This great drama (before the addition of sound in motion pictures) from the facile pen of Lois Weber, producer of such outstanding successes as “Where are My Children?” “Hypocrites” and “The Price of a Good Time,” is a piercing study of the things that make for the happiness of man. Down through the ages woman’s greatest wish has been to bring happiness and contentment to man. Today the complexity of our social conditions demands an even closer analysis of the question, “What Do Men Want?”

It is believed that the movie-going public who sees this dynamic drama of the quest for happiness, will agree that Lois Weber has produced the biggest picture in the history of the motion picture industry. So say the critics. French Canadian in the Twin Cities 136 years ago Echo du L’Ouest (Western Echo) Achille F. Carrier, Redacteur April 15, 1886 DECES At Osseo on the 12th. M. Moise Dejarlais gave his soul back to God at a very advanced age. M. Dejarlais was one of the oldest citizens in Hennepin County, and we hope to give in our next number those details of his life and the time that he arrived in the country.

The service and burial took place yesterday at Osseo with a large number of faithful.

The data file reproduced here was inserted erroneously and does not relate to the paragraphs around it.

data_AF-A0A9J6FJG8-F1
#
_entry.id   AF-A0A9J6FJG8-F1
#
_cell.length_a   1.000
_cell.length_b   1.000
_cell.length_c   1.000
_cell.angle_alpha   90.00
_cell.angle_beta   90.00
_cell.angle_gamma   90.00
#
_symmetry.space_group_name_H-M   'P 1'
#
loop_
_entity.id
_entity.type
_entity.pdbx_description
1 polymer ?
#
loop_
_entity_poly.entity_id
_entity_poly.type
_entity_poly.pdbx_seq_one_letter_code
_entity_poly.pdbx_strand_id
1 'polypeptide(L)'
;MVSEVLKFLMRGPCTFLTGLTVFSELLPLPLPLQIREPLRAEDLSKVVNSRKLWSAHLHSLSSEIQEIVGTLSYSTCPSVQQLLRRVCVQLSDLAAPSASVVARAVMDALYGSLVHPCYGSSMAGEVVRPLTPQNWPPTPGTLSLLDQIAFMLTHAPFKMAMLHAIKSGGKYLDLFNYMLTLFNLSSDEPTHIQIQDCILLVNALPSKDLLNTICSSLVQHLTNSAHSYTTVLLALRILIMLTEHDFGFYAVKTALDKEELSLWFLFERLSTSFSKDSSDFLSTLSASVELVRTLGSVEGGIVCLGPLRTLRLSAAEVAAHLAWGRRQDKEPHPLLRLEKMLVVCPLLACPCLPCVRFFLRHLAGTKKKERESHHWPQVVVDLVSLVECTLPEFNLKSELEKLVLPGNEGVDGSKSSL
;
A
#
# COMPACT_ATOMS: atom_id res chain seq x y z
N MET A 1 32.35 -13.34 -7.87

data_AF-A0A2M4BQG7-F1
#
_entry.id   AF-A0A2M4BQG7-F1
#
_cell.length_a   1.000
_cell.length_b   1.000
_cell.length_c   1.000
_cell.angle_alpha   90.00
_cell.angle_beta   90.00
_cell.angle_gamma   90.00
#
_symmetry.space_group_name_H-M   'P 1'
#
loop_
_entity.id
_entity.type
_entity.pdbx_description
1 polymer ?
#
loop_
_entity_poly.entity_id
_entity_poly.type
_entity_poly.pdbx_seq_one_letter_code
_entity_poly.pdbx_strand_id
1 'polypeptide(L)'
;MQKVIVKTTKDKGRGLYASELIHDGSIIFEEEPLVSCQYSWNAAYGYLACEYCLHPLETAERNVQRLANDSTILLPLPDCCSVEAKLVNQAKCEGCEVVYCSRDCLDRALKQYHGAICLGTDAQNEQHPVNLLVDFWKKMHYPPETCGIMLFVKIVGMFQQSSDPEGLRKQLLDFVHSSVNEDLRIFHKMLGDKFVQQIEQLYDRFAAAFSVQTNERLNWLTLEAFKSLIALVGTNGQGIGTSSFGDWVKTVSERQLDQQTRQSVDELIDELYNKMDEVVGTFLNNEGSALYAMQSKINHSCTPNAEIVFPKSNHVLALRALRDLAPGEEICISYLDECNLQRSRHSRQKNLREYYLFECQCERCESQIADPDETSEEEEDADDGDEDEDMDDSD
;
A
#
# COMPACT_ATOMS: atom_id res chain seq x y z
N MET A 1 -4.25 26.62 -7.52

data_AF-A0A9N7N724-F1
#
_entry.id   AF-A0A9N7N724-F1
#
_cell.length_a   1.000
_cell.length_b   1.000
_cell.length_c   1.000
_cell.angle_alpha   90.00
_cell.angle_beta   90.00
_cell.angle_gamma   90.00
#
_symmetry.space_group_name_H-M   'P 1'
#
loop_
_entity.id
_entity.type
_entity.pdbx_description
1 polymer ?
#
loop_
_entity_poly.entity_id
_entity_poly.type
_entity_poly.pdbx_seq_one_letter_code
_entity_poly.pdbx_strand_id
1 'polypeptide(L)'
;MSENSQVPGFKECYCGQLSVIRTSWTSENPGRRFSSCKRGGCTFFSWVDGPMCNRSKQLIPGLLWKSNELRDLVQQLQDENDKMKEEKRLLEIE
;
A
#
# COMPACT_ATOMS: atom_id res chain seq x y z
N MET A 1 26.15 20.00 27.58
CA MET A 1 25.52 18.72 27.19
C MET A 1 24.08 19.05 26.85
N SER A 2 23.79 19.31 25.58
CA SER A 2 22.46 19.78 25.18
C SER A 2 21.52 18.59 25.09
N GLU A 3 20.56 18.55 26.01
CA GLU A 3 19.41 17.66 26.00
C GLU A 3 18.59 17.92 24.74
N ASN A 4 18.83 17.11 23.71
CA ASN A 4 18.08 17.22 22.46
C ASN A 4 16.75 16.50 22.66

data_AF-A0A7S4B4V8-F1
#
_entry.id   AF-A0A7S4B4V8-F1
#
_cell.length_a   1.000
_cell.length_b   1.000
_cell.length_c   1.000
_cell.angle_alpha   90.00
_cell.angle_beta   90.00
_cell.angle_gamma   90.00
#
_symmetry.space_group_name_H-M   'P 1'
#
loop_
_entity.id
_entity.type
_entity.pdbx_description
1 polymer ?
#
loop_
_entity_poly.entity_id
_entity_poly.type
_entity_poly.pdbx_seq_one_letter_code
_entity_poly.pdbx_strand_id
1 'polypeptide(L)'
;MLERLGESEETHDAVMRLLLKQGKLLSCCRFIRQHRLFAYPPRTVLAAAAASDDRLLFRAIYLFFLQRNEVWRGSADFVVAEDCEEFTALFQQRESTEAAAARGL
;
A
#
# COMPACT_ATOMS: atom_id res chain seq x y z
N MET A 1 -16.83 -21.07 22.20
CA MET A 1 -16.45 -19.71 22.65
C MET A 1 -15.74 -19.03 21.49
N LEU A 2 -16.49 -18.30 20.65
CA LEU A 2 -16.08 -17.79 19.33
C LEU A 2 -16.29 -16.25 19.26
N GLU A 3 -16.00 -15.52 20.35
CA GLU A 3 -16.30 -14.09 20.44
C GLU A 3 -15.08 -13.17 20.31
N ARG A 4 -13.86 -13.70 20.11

Territorial Dispatches 170 years ago THE MINNESOTIAN April 10, 1852 POSTSCRIPT! From Lake Pepin! Saturday morning, 9 o’clock We have reliable news that the Dr. Franklin, No. 2, Capt. R. S. Harris, was at the foot of Lake Pepin on Thursday of this week, with a very large number of passengers, but there being no prospect of getting through the ice for several days, she turned back to St. Louis. Some of those who came up on her, arrived here afoot last evening. Many of the passengers were farmers, with their families and teams, who will wait until a boat can get through. Others will try it by land, and may be expected here today. The St. Paul will, in all probability, be the next boat at the foot of the lake.

Minnesota wildcats: The following from the St. Anthony Press, is the first positive indication we have of these horrible “varmints,” this far north. Capt. David Olmsted was quite certain he heard panthers in the wood, between Swan river crossing the Long Prairie last fall, but he did not see them or their tracks. Ugh! We have been in countries thickly settled by these gentry…with their infernal screams.